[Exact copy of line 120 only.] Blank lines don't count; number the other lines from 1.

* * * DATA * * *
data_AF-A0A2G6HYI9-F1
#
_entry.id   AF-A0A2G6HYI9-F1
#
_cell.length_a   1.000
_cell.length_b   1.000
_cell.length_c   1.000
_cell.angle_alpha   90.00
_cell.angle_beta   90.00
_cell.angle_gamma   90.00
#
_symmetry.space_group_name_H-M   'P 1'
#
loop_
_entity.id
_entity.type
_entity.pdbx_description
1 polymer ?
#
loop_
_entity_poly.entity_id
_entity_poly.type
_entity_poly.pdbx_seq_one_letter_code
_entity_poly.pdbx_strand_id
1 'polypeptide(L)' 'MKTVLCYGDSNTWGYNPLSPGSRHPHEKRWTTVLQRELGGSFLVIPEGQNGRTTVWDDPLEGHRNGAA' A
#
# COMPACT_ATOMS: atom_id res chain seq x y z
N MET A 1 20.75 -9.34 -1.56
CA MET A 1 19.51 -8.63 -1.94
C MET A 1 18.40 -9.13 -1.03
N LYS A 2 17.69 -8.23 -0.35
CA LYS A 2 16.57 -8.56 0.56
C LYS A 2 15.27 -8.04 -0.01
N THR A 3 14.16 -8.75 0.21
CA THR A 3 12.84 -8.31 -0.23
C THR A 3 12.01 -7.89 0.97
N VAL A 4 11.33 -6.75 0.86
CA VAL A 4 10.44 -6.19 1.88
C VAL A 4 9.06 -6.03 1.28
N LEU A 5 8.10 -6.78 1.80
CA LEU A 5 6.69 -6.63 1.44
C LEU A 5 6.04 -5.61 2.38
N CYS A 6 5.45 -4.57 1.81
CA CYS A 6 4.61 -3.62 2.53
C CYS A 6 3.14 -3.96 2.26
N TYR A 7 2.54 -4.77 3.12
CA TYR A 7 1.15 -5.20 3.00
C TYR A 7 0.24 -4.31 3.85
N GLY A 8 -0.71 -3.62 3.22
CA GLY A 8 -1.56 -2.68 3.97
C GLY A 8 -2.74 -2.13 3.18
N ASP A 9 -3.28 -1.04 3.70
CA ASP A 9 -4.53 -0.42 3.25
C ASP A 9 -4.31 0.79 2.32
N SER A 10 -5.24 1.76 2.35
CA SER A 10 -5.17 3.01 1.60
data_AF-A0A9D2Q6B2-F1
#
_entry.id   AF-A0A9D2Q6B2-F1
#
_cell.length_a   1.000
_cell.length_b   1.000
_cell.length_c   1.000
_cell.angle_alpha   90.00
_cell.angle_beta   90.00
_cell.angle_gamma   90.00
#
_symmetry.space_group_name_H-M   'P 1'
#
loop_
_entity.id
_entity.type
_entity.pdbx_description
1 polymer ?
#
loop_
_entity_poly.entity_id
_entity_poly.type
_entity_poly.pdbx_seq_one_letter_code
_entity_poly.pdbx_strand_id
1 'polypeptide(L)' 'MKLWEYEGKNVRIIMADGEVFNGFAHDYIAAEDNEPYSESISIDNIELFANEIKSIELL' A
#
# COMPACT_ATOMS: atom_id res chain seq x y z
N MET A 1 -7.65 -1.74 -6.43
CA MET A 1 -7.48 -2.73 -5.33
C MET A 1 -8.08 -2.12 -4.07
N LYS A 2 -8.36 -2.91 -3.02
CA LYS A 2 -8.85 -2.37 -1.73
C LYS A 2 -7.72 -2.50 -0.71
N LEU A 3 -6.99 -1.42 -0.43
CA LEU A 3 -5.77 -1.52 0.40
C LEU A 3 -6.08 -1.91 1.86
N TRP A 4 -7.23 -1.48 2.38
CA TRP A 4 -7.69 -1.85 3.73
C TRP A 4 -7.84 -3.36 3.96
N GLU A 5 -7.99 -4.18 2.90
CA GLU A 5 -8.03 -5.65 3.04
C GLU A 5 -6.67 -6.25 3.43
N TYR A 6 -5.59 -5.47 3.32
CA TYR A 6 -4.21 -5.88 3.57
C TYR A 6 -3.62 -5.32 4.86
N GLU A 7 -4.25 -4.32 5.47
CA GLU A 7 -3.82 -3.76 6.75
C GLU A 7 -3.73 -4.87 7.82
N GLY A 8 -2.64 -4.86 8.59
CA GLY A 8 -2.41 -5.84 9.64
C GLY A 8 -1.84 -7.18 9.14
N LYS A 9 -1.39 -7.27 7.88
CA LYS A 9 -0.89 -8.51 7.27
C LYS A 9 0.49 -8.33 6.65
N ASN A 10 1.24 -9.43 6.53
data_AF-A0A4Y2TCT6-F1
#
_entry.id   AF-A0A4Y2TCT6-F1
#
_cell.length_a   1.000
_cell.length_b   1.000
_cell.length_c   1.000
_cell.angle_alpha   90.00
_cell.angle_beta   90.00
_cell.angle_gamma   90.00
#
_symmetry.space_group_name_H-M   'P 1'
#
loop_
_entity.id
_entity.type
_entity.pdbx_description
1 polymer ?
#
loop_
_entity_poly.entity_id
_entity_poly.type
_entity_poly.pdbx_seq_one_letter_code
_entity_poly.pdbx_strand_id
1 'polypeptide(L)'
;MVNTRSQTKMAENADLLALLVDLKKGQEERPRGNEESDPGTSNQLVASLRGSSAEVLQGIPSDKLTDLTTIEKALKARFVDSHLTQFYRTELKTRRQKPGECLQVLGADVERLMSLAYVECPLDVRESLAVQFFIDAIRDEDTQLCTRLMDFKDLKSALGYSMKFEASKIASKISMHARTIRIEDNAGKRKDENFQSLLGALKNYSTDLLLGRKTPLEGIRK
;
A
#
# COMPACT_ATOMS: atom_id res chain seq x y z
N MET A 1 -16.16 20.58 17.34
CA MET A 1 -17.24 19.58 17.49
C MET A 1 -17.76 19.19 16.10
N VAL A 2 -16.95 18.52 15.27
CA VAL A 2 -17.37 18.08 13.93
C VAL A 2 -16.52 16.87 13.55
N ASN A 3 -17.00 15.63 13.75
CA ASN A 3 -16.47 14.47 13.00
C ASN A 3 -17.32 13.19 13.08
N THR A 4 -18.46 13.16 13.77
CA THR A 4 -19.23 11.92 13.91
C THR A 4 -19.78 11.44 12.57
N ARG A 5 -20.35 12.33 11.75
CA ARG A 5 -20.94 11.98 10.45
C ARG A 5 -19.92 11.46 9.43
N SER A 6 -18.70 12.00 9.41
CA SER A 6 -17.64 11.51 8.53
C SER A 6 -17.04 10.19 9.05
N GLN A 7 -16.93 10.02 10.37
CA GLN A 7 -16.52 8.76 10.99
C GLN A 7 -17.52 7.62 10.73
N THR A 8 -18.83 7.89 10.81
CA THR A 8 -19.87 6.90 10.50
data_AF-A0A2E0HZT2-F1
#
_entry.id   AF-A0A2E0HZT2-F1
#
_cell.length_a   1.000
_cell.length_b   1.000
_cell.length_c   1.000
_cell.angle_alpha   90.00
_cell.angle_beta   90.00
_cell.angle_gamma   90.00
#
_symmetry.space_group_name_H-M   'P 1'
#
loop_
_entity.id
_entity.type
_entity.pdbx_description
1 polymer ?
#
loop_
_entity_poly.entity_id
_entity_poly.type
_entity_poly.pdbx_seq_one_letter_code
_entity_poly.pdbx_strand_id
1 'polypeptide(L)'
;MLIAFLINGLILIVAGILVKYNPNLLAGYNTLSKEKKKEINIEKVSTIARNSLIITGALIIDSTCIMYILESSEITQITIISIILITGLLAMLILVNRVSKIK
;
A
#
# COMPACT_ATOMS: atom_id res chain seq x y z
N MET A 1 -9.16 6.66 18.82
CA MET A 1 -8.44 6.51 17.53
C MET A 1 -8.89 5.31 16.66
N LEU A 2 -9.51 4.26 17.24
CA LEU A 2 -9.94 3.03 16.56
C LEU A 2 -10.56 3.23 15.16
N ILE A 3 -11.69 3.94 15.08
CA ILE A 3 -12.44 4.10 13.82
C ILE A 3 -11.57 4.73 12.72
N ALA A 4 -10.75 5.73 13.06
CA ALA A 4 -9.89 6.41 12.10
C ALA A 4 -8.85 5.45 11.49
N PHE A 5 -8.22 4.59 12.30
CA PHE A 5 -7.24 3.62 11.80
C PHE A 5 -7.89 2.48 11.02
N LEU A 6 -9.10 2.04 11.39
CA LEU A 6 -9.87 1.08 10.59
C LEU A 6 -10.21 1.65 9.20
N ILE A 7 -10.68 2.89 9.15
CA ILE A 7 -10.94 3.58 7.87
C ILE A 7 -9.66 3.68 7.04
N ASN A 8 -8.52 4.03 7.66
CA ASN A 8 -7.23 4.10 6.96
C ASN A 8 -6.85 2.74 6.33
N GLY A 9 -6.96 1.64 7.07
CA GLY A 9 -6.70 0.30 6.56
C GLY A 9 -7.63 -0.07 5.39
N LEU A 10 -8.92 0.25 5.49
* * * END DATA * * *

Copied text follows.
_cell.angle_beta   90.00